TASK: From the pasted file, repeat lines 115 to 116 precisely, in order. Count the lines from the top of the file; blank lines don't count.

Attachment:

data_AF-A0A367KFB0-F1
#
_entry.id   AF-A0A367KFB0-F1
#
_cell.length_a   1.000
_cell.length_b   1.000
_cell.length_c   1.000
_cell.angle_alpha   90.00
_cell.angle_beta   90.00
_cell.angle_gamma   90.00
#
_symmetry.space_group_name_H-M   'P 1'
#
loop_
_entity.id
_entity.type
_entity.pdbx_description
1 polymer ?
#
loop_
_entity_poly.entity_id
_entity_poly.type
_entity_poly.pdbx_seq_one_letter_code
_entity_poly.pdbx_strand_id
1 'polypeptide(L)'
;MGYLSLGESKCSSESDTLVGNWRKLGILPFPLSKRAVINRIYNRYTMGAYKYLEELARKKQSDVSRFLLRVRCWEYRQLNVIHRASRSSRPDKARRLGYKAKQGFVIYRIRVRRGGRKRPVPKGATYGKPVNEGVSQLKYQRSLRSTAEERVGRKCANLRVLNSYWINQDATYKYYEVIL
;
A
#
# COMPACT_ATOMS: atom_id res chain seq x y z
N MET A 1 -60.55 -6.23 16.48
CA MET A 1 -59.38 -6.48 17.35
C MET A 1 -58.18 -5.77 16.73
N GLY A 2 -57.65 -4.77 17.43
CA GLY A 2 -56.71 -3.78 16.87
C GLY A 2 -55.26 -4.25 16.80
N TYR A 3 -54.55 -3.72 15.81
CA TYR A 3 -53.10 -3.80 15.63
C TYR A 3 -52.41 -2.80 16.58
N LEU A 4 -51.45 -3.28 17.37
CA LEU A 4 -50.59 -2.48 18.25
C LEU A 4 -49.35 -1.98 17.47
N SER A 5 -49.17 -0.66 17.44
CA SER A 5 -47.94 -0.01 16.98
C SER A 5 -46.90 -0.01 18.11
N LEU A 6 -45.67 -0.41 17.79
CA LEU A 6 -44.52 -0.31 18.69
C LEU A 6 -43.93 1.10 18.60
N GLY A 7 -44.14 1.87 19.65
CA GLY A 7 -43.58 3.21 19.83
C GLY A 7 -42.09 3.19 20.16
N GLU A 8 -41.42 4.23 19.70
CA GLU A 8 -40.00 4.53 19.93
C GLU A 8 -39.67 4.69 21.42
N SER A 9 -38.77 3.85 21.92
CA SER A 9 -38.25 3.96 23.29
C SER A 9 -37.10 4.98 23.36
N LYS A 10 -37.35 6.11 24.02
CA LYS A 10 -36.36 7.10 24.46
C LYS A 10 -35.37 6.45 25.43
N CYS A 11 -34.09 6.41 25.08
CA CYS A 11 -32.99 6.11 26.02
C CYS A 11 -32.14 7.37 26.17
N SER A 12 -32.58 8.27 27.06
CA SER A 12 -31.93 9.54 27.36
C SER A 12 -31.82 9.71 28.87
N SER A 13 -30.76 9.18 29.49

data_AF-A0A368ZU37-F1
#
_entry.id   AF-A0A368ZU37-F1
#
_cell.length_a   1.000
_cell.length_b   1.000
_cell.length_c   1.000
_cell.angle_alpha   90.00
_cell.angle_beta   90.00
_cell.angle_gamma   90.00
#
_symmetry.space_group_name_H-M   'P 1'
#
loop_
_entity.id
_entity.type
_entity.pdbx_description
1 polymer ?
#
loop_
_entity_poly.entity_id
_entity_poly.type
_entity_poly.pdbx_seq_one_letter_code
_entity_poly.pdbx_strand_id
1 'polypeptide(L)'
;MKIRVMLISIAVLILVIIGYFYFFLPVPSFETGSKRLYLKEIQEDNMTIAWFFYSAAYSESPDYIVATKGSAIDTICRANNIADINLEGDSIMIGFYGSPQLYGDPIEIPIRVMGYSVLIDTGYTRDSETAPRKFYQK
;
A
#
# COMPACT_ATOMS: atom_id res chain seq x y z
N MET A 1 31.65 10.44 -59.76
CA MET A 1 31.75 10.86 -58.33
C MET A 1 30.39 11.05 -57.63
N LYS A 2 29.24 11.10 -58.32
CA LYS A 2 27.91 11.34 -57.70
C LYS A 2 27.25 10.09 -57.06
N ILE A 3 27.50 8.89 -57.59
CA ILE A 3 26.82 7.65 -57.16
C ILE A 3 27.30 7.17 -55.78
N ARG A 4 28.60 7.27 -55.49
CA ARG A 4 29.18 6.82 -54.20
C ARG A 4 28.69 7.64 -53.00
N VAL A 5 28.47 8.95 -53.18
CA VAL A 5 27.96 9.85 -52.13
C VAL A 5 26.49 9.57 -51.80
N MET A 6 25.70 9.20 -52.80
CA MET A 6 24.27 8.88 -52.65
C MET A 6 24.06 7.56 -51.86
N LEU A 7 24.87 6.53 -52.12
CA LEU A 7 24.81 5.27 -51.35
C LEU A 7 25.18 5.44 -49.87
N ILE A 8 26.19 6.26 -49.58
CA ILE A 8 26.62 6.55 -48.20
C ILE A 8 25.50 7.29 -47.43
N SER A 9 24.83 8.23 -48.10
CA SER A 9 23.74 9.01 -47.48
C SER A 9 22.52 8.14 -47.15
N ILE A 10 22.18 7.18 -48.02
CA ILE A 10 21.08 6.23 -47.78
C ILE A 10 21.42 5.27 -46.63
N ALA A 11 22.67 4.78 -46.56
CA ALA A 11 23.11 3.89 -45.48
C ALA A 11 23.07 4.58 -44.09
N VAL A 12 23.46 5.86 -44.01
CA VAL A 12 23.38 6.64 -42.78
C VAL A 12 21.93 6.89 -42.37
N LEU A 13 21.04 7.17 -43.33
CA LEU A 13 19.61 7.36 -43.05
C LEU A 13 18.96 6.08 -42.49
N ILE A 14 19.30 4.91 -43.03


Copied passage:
C MET A 6 24.06 7.56 -51.86
N LEU A 7 24.87 6.53 -52.12